Submitted by global publisher on Fri, 07/15/2016 - 13:44
“Literature must speak of the people and serve the people.”
Who he was
As a lawyer, writer and member of parliament, Krikor Zohrab was an imposing and defiant voice of the Armenian community in the Ottoman Empire.
Born in Istanbul to a wealthy family, Zohrab was widely respected during his lifetime. With an undefeated record, he was a highly sought-after lawyer and represented and defended both large companies and individuals falsely accused by the paranoid sultanate. He was known to be a powerful orator, impressing contemporaries and others in parliament, at court and during classes at the university, where he taught.
He was a fierce defender of human rights and the innocent, taking cases and speaking out forcefully about injustices against Armenians and others. As a result of his forthrightness, he had to leave the Ottoman Empire for a time in the late 1890s to avoid persecution by the authorities. When he returned, Armenians nominated him to represent their community in the newly established parliament. Despite Turkish opposition, he became a member of parliament.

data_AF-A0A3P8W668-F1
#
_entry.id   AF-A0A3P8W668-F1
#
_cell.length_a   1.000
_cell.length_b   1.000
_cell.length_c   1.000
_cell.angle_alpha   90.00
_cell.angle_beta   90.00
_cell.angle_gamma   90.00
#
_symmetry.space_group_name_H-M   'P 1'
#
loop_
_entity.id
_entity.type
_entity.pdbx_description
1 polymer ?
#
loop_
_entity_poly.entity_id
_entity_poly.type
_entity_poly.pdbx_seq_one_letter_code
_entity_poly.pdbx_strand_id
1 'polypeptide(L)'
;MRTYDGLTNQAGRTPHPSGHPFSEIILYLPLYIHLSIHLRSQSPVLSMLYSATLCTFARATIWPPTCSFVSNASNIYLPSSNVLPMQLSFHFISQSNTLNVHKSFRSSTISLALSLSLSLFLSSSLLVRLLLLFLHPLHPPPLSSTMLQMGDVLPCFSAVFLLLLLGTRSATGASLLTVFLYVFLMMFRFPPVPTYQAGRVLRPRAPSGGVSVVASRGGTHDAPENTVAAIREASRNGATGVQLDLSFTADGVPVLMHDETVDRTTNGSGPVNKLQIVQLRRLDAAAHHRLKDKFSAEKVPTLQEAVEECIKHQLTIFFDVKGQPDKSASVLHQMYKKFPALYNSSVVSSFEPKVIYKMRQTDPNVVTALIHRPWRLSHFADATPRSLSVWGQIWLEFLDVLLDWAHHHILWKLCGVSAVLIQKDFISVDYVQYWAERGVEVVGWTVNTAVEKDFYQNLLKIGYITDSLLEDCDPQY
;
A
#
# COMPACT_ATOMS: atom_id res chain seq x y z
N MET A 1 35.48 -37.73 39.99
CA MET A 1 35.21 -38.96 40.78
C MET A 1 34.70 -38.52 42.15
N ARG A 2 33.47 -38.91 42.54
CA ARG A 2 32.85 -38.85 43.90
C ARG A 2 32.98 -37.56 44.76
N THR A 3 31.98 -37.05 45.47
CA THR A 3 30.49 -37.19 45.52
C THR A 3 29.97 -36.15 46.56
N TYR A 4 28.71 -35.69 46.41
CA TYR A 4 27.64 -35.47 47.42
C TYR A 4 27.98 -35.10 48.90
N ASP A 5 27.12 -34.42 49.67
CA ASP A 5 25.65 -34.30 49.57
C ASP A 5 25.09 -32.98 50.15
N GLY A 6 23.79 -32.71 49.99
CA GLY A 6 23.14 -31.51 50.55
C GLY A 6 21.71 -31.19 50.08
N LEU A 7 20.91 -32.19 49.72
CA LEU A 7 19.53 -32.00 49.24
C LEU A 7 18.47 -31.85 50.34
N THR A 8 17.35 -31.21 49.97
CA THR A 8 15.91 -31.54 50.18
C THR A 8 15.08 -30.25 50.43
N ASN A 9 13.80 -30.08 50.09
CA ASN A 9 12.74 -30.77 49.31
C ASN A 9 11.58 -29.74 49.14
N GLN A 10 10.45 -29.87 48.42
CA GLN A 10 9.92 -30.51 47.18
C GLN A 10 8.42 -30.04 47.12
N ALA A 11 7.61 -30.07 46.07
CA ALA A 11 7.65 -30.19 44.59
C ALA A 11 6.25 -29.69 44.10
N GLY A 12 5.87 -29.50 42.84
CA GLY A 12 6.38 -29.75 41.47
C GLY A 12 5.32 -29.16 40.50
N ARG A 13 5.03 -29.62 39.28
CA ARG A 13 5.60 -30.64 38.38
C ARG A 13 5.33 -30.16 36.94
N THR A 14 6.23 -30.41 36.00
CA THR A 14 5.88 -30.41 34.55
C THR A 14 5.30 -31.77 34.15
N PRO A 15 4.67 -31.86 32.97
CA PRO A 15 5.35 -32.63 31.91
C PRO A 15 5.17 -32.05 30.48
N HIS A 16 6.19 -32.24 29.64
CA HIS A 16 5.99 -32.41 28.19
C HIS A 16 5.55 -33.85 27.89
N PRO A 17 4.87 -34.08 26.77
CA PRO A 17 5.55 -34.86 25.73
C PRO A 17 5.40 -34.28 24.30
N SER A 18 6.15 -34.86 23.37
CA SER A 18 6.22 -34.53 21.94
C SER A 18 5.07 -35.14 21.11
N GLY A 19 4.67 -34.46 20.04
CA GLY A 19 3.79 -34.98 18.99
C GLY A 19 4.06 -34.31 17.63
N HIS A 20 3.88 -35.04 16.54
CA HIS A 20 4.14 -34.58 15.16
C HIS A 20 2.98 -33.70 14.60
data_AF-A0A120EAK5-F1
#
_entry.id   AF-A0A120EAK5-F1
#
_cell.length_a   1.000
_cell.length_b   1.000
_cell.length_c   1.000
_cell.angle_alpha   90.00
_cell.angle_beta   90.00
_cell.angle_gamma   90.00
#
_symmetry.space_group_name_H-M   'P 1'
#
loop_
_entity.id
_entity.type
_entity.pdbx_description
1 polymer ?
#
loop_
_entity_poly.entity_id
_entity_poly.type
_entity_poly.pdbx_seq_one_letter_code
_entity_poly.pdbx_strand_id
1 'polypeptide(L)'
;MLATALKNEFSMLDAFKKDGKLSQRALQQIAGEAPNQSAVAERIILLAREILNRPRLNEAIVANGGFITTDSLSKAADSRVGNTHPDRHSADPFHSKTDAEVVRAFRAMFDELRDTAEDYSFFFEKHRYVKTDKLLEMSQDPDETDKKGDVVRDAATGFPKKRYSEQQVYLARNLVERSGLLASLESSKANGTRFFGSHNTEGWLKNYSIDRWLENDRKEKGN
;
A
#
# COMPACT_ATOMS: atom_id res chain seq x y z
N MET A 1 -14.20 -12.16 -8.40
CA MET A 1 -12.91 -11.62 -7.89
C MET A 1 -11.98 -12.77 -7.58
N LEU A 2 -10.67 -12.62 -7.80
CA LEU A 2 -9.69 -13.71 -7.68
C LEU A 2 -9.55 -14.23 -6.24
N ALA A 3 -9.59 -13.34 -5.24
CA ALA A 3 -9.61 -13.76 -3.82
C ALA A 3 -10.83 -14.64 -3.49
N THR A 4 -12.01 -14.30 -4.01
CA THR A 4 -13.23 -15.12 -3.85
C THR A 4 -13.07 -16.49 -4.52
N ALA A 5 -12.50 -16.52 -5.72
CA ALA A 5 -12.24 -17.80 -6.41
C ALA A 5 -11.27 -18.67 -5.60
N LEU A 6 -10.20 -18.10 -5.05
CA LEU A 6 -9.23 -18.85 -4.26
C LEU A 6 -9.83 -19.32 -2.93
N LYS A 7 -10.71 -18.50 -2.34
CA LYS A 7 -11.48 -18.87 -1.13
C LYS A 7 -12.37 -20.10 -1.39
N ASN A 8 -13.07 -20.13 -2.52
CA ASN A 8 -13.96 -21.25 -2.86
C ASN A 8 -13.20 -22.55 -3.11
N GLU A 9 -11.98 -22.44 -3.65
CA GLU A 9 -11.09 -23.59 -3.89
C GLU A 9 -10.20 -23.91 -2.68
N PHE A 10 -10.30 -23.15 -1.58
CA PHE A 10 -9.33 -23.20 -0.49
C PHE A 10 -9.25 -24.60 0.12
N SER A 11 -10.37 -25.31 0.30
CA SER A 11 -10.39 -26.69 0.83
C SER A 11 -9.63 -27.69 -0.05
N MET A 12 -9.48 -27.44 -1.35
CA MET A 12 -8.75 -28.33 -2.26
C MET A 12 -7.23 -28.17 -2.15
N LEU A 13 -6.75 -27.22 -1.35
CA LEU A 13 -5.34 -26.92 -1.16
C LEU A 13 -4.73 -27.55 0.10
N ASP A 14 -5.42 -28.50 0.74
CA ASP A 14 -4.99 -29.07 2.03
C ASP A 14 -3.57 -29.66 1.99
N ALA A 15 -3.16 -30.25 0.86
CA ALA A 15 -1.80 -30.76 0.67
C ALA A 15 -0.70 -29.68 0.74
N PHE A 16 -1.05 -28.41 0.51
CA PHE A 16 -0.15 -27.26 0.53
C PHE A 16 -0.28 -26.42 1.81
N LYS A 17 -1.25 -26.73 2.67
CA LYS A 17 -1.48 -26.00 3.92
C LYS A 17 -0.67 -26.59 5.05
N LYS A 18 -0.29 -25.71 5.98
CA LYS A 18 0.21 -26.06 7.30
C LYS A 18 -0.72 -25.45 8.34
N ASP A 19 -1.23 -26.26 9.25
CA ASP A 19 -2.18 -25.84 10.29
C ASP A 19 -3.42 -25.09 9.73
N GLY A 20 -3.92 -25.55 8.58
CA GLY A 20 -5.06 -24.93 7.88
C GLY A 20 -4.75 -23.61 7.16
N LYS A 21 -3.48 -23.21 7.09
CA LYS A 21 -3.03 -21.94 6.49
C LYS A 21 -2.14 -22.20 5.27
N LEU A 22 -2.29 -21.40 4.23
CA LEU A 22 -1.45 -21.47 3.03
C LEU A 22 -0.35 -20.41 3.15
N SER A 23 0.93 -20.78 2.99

He was exceptionally polymathic, a trait that manifested itself in his writing. Diverse in skill and able to move easily between fiction, essay and poetry, his written words reflected and enhanced the beliefs espoused by his oratory. But, the short story genre was where he shone brightest, and he came to be known as its master in modern Armenian literature.
As a member of parliament, Zohrab furiously demanded that the arrests and atrocities that begun on April 24, 1915, be halted. His calls fell on deaf ears. He himself was arrested on May 21, 1915 and deported. The circumstances of his death are unclear, but he is believed to have been murdered somewhere in modern-day southeastern Turkey.
Zohrab had initially studied to become an engineer, but gave it up to pursue a legal education instead.
Learn more about him